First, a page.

Arne Schoenbohm, president of BSI, Germany’s federal cyber security agency, told Reuters in an interview on Thursday that most of the damage from the attack had hit Ukraine, and Russia to a lesser extent, with only a few dozen German firms affected.

“In all of the known cases, the companies were first infected through a Ukrainian subsidiary,” the German official said.

SMOKESCREEN

Ukraine’s cyber police said in a statement on Thursday morning that it had received 1,500 requests for help from individuals and companies in connection with the virus.

The malicious code in the new virus encrypted data on computers and demanded victims pay a $300 ransom, similar to the extortion tactic used in a global WannaCry ransomware attack in May.

A top Ukrainian police official told Reuters that the extortion demands were likely a smokescreen, echoing working hypotheses from top cyber security firms, who consider NotPetya a “wiper”, or tool for destroying data and wiping hard disks clean, that is disguised as ransomware.

“Since the virus was modified to encrypt all data and make decryption impossible, the likelihood of it being done to install new malware is high,” the official, who declined to be identified, wrote in a phone text message to Reuters.

Information Systems Security Partners (ISSP), a Kiev-based cyber research firm that has investigated previous cyber attacks against Ukraine, is pursuing the same line of inquiry.

ISSP said that given that few people actually paid the $300 demanded for removing the virus, money was unlikely to be the primary object of the attack.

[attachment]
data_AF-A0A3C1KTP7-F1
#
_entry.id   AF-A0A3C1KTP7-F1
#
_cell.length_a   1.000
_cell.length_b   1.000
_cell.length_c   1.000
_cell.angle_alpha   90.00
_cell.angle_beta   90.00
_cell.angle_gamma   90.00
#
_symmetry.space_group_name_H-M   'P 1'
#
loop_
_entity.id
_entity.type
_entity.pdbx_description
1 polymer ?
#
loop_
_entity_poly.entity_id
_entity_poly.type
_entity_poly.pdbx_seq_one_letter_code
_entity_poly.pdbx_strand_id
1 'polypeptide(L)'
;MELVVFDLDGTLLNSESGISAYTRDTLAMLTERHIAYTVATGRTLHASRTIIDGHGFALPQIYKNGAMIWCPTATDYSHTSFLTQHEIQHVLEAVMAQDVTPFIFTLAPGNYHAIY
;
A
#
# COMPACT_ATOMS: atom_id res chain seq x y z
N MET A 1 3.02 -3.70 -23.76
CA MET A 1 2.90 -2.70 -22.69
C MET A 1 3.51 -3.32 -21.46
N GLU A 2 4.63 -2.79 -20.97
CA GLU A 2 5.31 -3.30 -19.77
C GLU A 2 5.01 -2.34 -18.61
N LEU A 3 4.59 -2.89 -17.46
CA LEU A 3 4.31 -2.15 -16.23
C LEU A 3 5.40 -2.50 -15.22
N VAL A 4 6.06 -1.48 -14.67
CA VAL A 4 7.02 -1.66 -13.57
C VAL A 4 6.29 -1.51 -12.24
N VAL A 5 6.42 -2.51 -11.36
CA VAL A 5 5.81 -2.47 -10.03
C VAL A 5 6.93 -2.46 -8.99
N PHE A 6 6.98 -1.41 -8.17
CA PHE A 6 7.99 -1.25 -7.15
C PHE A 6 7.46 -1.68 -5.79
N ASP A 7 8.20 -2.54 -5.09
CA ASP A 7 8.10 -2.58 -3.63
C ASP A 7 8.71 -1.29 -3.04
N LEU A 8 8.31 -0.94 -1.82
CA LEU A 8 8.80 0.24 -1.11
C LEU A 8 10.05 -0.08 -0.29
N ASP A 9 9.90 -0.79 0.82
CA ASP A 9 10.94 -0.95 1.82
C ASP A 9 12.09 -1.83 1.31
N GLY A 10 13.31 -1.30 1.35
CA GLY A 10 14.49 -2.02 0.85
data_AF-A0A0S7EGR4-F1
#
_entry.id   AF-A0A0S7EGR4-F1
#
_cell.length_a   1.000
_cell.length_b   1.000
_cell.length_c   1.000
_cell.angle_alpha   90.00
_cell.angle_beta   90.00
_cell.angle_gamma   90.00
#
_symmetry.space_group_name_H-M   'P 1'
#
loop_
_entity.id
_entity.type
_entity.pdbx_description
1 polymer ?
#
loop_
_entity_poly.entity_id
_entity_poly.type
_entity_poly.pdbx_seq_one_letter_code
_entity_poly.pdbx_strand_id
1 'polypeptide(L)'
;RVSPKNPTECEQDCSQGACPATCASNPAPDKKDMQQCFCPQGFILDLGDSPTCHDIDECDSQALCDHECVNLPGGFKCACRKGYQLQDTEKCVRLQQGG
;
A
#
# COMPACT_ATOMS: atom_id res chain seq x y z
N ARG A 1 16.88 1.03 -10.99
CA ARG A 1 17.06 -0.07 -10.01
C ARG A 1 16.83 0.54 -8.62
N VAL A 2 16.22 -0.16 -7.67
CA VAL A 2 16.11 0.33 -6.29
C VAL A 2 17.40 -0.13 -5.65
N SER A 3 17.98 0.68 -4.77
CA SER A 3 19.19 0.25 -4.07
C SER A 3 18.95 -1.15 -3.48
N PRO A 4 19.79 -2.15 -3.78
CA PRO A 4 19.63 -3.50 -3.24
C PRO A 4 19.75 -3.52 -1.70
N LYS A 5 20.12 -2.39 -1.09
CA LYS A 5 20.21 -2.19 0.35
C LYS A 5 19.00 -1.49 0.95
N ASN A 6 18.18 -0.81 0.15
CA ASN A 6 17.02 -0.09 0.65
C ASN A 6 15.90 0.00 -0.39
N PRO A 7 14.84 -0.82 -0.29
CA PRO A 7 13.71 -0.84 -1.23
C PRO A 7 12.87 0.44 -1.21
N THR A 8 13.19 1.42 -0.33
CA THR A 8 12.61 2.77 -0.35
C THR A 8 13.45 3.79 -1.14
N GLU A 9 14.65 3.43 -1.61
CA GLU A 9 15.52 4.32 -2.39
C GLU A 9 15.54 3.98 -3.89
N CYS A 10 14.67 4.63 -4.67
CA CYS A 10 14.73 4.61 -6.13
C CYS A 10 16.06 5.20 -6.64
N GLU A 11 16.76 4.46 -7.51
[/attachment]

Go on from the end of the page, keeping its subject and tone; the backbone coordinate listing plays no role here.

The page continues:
“It’s highly likely that during this attack new attacks were set up,” said ISSP chairman Oleg Derevianko.

“At almost all organizations whose network domains were infected, not all computers went offline,” he said by phone. “Why didn’t they all go offline? We are trying to understand what they might have left on those machines that weren’t hit.”

Ukraine’s National Security and Defence Council Secretary Oleksandr Turchynov said the virus was first and foremost spread through an update issued by an accounting services and business management software.

“Also involved was the hosting service of an internet provider, which the SBU (Ukraine’s state security service) has already questioned about cooperation with Russian intelligence agencies,” he said, according to a statement.

DESTRUCTIVE INTENT

Technical experts familiar with the recent history of the cyber escalation between Russia and Ukraine, say these latest attacks are part of the wider political and military conflict, although no “smoking gun” has been found to identify the culprits.

John Hultquist, a cyber intelligence analyst with FireEye, said the failed ransomware attack disguises an as yet unseen destructive motive. “If it were an attack masquerading as crime, that would not be unprecedented at all,” Hultquist said.

Some cyber security researchers have said the fact that the Kremlin’s two flagship energy companies are victims of the attack could suggest Moscow was not behind it.

Russian oil major Rosneft was one of the first companies to reveal it had been compromised by the virus and sources told Reuters on Thursday computers at state gas giant Gazprom had also been infected.

For technical reasons, NotPetya appears to be more targeted than last month’s global ransomware attack, known as WannaCry. When first infected by WannaCry, computers scanned the internet globally for other vulnerable machines.